If you are going to ride to the Circle, you better at least know what it is!  The following explains the general principle of Latitude and the Arctic Circle.


In order to understand what the Arctic Circle is, you must first have a basic idea of latitude.  Latitude lines are marked east and west around the Earth, starting from 0 degrees latitude at the Equator and ending at 90 degrees at the North and South Poles.  These lines are imaginary, so don't start walking around looking for them.

So where do the degrees come from?  Imaging you are standing at the center of the Earth and are able to see the surface of the Earth.  If you look straight in front of you, you  see the Equator forming a complete circle around you at eye level.  For the purpose of this argument, lets say that this is 0-degrees, which is true since the Equator is 0-degrees latitude.  Now tilt your head back 10-degrees, as if you were looking up into the sky.  In our example, you are now looking at another imaginary ring on the surface of the earth (like the Equator), only at an angle of 10-degrees above the Equator.  This would be the 10-degrees latitude line.  Now still standing at the center of the earth, look straight up from your position.  You are now looking at the North Pole.  You had to tilt your head back 90-degrees, thus the North Pole is at 90-degrees latitude.

In this example, we assumed that we were looking up (or North) from the Equator, thus these are "North" latitude lines.  If we had repeated the example, only looking down towards the South Pole, we would be looking at the "South" latitude lines from 0-degrees at the Equator to 90-degrees South latitude at the South Pole.  The North Pole is at 90° North Latitude and the South Pole is at 90° South Latitude. Latitude lines are parallel to each other so they are also called parallels.

Unless you are a pretty badass earthworm, it is impossible to stand at the center of the Earth (if I have to explain this to you, you need serious help, and understanding latitude should be the least of your worries).  In the old days, sailors could figure their latitude by using an instrument such as a quadrant or sextant, and measuring the angle of a constellation above the horizon, and then comparing that angle to a chart. The Polar Star or Polaris (the North Star), can be used to determine latitude in the northern hemisphere. It's a bit more difficult in the southern hemisphere but the Southern Cross, a constellation, could be used in the same manner.  With modern GPS units, latitude is extremely easy to measure, provided you can find the power button.

There are several identified latitude lines. The Tropic of Cancer (23 1/2°N) and the Tropic of Capricorn (23 1/2°S) mark the farthest points north and south of the equator where the sun's rays fall vertically. The Arctic Circle (66 1/2°N) and the Antarctic Circle (66 1/2°S), mark the farthest points north and south of the equator  where the sun never sets on June 21st (summer solstice) and the spot where the sun never rises on December 21st (winter solstice)  (with respect to the Arctic Circle, these events are reversed at the Antarctic Circle).

So that is a basic description of Latitude.  A position on the Earth can be determined more accurately by further dividing the fractional degrees (e.g. 0.50)  into minutes and seconds. Each degree can be divided into sixty minutes. Each minute can be divided into sixty seconds. So the Arctic Circle's latitude (66.5°N)  is equivalent to 66 degrees 30 minutes 0 seconds  North Latitude (written as 66° 30' 00" N ).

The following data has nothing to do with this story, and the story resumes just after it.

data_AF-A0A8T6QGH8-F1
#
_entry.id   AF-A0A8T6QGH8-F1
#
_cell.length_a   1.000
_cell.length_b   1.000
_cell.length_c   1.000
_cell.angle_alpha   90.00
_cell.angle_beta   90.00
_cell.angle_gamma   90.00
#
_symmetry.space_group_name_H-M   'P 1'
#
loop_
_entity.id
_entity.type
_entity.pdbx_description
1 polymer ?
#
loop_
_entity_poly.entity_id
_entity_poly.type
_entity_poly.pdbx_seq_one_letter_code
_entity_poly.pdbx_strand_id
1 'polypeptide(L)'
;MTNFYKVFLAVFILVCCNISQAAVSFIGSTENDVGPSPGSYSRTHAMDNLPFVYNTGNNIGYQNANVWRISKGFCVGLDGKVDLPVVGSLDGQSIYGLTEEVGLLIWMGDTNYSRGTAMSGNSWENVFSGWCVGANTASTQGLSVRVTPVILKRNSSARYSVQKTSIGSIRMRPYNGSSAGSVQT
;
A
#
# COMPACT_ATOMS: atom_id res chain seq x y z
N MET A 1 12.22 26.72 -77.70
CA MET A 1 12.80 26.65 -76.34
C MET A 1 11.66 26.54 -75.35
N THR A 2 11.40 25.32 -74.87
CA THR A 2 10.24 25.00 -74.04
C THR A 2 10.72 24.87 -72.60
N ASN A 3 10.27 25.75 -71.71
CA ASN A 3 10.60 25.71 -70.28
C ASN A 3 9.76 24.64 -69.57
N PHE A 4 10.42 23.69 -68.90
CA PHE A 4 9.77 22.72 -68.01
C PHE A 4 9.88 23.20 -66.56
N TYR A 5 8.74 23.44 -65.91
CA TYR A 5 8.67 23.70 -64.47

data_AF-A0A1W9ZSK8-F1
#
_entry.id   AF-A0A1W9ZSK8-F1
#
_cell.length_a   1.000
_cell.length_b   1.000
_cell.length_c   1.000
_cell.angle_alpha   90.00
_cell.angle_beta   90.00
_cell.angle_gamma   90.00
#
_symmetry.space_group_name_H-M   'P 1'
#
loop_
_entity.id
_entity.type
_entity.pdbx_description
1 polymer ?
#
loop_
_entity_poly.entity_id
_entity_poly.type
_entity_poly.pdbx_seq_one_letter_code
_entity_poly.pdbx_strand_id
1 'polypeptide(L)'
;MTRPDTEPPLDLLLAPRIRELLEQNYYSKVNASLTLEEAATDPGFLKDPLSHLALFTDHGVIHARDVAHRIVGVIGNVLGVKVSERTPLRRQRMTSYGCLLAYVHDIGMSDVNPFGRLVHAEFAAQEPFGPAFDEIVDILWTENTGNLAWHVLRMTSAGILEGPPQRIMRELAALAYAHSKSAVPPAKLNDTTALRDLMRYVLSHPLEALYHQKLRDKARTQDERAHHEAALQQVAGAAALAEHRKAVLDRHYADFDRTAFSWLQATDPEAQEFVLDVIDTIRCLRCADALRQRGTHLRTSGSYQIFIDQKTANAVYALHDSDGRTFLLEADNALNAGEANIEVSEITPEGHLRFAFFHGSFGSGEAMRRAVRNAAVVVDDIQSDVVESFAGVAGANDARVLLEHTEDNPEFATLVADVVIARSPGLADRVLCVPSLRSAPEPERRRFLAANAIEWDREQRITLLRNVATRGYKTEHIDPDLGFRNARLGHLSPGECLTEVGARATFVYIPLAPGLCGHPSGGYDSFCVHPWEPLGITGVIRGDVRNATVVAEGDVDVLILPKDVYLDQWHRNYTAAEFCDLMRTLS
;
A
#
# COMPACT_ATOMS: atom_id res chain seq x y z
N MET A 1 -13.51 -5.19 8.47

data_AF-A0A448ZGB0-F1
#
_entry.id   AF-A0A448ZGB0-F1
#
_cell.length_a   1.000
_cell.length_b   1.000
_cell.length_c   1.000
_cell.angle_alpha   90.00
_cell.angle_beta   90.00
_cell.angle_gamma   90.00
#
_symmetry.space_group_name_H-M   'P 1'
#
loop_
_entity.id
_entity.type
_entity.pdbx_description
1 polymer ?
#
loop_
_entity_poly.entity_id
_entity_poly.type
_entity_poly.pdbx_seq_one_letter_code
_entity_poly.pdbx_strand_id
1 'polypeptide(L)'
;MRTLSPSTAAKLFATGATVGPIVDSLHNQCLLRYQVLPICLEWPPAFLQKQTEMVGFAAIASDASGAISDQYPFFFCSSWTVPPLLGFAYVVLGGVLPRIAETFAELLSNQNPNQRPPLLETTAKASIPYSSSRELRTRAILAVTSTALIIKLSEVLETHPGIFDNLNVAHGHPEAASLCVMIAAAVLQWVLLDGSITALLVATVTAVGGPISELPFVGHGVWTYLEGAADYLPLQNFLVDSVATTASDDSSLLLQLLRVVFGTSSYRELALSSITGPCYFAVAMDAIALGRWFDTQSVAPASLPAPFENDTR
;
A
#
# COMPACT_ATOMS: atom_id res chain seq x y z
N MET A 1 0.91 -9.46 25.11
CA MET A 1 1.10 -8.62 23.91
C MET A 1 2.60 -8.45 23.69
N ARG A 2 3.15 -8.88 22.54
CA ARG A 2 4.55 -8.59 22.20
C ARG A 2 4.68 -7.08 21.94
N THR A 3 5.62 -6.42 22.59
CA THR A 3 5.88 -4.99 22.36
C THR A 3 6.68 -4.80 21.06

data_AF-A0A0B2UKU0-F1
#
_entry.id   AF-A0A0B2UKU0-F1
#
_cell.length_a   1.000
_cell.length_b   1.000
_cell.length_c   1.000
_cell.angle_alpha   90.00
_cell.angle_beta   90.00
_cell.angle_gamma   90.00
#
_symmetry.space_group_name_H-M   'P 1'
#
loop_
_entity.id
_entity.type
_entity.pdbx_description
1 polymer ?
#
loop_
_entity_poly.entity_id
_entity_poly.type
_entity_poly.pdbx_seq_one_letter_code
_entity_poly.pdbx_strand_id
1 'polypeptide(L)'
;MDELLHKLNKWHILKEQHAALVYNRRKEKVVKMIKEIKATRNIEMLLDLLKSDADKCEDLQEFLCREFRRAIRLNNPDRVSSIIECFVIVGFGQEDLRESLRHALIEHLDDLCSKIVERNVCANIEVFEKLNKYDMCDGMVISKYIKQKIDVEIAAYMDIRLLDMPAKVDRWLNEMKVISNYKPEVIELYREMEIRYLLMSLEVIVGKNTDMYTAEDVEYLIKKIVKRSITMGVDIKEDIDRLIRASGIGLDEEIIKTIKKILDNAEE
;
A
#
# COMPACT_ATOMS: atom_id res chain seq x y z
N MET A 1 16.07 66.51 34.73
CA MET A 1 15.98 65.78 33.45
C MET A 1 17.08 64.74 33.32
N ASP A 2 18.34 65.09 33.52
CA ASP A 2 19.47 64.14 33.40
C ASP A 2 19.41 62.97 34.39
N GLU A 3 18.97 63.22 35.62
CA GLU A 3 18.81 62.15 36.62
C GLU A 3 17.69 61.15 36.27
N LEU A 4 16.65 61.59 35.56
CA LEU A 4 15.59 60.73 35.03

Got it?... That's what you think.  Nothing is that simple.


Although lines of latitude are considered relatively constant, the location (latitude) of the Arctic Circle is determined by the tilt of the Earth on its axis, relative to the plane of its orbit around the sun.  This tilt is also responsible for the seasons on Earth.  The tilt is not constant, however, and varies with time.  This variation of tilt determines how far north and south the sun can be seen (or not seen) on the winter and summer solstices, thus changing the actual latitude of the Arctic and Antarctic Circles.   The Arctic Circle location varies by 2.5 degrees of latitude on a 41,000 year cycle (approximately).   The movement of the Arctic Circle, due to changes in the Earth's axial tilt, is called the Milankovitch Cycle, which was named for Serbian climatologist Milutan Milankovitch.

Milankovitch recognized that the tilt of Earth's axis shifted from about 22 to 24.5 degrees over the course of 20,500 years. The axis shifts back during the course of another 20,500 years (41,000 year cycle). The Earth is sort of like a spinning top that has a little bit of wobble. That wobble is what happens during the Milankovitch Cycle.

How does the wobble affect the Arctic Circle? The 2.5 degrees of axis shift every 41,000 years equals roughly 200 miles of movement in that time, or about 25 feet each year.   However, the wobble of the Earth is not constant, thus the actual movement of the Arctic Circle is not constant either.  The Arctic Circle has been recorded moving up to 50 feet in a single year.

Currently, the Earth's tilt measures approximately 23°27' (23 degrees 27 minutes). This puts the current location of the Arctic Circle at approximately 66°33' North Latitude (3 minutes Latitude north of its "standard" location of 66°30' N).   Three minutes latitude doesn't sound like much, but when calculated based on the diameter of the Earth, this puts the current location of the Arctic Circle approximately 3.45 miles north of  66°30' North Latitude.

At the very least this should give you a basic understanding of what the Arctic Circle is.  Why ride there on motorcycles?... Those who would ask such a question probably wouldn't understand, but take a look at the pictures for this epic motorcycle tour, and you may begin to fathom it.

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